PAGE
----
The extent and long-term effects of such injuries can vary greatly. You're a writer. Make it so.

caw

Polenth
10-08-2012, 09:35 AM
I suspect it stayed sore for days, but there were no long term effects. Again, different part of the hand, so I don't know if that helps.

Fingers and thumbs can be a little different. I've had a couple of finger breaks, but the bones stayed pretty much in place. The first time, I didn't realise I had broken it. It's only after it healed that I could feel the little nodule of bone where the break had been (I have full use of the finger and it looks fine... but it took longer to get full movement back as I wasn't really looking after it properly).

The second time, I knew the signs, so I made sure the bone was lying straight and strapped it to a neighbouring finger. That healed up much faster with the extra care.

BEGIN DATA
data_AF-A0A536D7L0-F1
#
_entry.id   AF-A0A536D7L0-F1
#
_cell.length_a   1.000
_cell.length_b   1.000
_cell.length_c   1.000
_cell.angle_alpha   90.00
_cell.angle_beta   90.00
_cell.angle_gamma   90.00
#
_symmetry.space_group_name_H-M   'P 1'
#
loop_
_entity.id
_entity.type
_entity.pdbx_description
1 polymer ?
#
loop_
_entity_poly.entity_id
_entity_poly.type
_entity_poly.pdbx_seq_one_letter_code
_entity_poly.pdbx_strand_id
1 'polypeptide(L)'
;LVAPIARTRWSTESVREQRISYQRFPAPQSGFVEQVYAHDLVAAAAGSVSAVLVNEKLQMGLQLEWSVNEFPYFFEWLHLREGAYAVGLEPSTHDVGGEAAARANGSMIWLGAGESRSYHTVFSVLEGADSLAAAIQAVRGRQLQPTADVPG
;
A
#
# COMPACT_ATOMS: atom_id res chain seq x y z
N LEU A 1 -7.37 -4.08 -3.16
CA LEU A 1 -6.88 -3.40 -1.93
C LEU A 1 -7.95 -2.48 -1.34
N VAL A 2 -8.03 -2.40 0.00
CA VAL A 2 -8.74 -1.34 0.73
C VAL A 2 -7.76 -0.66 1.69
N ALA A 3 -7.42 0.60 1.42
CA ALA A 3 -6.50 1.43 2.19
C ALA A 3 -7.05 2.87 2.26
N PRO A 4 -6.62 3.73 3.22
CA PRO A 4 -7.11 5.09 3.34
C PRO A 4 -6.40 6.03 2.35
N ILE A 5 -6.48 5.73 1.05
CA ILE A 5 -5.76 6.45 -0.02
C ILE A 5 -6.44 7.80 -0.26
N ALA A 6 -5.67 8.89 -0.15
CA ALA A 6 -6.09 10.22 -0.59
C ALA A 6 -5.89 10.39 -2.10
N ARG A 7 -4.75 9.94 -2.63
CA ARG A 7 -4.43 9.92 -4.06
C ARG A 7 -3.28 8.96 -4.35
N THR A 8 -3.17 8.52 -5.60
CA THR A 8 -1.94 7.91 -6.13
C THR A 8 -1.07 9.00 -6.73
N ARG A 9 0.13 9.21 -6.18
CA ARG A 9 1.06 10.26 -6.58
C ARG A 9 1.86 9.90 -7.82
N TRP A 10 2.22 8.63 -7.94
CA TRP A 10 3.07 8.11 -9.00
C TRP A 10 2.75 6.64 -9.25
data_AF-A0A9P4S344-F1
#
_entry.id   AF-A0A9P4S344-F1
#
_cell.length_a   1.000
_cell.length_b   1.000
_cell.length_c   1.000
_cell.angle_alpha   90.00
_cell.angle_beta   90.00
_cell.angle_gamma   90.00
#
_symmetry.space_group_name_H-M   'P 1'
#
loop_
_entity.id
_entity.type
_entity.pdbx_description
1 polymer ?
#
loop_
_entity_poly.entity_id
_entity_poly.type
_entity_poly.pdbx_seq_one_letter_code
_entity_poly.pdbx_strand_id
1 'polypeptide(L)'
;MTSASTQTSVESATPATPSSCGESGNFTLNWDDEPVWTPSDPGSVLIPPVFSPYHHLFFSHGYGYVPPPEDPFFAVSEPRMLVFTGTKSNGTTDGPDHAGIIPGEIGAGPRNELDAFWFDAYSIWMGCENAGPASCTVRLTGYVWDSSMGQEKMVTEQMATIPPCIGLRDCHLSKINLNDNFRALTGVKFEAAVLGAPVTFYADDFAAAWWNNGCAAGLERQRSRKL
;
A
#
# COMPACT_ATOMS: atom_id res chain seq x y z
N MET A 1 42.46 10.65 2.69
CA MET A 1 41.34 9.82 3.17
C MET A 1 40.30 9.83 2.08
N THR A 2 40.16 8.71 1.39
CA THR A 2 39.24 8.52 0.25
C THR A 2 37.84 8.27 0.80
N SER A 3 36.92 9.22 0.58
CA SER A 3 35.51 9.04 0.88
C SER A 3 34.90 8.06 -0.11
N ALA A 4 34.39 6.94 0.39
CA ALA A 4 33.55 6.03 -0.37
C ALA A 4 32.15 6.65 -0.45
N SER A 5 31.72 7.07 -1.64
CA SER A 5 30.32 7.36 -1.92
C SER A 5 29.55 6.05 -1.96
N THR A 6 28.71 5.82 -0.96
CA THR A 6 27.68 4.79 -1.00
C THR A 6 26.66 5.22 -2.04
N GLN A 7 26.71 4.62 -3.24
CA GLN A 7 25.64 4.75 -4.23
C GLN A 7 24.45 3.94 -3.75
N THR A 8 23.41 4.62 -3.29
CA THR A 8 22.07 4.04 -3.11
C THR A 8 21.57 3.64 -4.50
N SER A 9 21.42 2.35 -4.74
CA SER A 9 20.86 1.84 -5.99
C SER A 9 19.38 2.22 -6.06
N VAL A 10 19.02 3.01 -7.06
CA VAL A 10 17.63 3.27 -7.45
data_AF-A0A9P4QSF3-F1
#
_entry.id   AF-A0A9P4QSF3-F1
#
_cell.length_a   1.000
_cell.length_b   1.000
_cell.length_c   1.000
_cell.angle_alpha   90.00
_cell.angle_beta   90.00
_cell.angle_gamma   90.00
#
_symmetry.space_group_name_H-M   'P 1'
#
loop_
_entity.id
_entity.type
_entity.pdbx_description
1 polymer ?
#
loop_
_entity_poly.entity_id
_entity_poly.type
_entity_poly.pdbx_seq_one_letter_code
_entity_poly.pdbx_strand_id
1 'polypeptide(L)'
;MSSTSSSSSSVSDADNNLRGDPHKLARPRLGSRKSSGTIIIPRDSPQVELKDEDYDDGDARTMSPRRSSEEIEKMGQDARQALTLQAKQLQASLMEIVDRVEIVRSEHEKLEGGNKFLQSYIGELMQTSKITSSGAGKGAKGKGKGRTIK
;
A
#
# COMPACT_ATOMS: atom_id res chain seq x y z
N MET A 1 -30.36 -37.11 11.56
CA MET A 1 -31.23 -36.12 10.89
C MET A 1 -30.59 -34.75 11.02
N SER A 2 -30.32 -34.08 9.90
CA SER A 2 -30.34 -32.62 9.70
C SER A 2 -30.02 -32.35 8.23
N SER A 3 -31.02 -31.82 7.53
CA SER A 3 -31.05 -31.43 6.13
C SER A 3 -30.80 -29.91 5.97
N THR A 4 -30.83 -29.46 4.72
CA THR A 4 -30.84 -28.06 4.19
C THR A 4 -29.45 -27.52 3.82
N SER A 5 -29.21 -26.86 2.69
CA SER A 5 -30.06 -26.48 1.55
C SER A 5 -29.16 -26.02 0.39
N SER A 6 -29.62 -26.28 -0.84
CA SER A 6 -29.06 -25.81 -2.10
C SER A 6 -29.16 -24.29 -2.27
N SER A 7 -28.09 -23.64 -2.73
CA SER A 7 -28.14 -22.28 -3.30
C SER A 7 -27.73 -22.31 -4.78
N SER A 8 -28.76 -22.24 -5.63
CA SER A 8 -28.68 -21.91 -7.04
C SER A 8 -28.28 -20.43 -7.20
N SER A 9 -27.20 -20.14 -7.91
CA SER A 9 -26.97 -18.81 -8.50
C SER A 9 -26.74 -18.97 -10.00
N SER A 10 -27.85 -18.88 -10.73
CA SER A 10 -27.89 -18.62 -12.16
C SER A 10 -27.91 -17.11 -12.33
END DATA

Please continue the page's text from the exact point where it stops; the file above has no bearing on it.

For a bone break that hurts, but can heal up all the way without needing a doctor, a clean finger break is a good way to go.

Royale
10-08-2012, 12:15 PM
As much damage as possible? Smashed with a hammer?

Your hand would be pretty near useless if hit as a hard as possible with a hammer while resting on a hard surface. If knuckles and small bones are smashed - goodbye hand, or at least the conventional use of all fingers and thumb.

If you want you character to retain the use of his hand you will have to ease up on the 'smashing' or localise it. A wooden mallet may not cause so much damage as a steel claw hammer.

I look forward to the doctors' responses to this one.

Well judging by location, I don't think the knuckles would be smashed but most of the metacarpals for the central two fingers would be shattered and the other two metacarpal at least fractured. I don't think the blow would effect the metacarpal for the thumb.

I'm mostly concerned now with how it would heal if left alone with minimal non-invasive medical treatment (it'd probably have a splint, bandaged, bound etc) and if any hand function would return after time.

Thank you so much for your replies, it been really helpful for my planning. =D

GeorgeK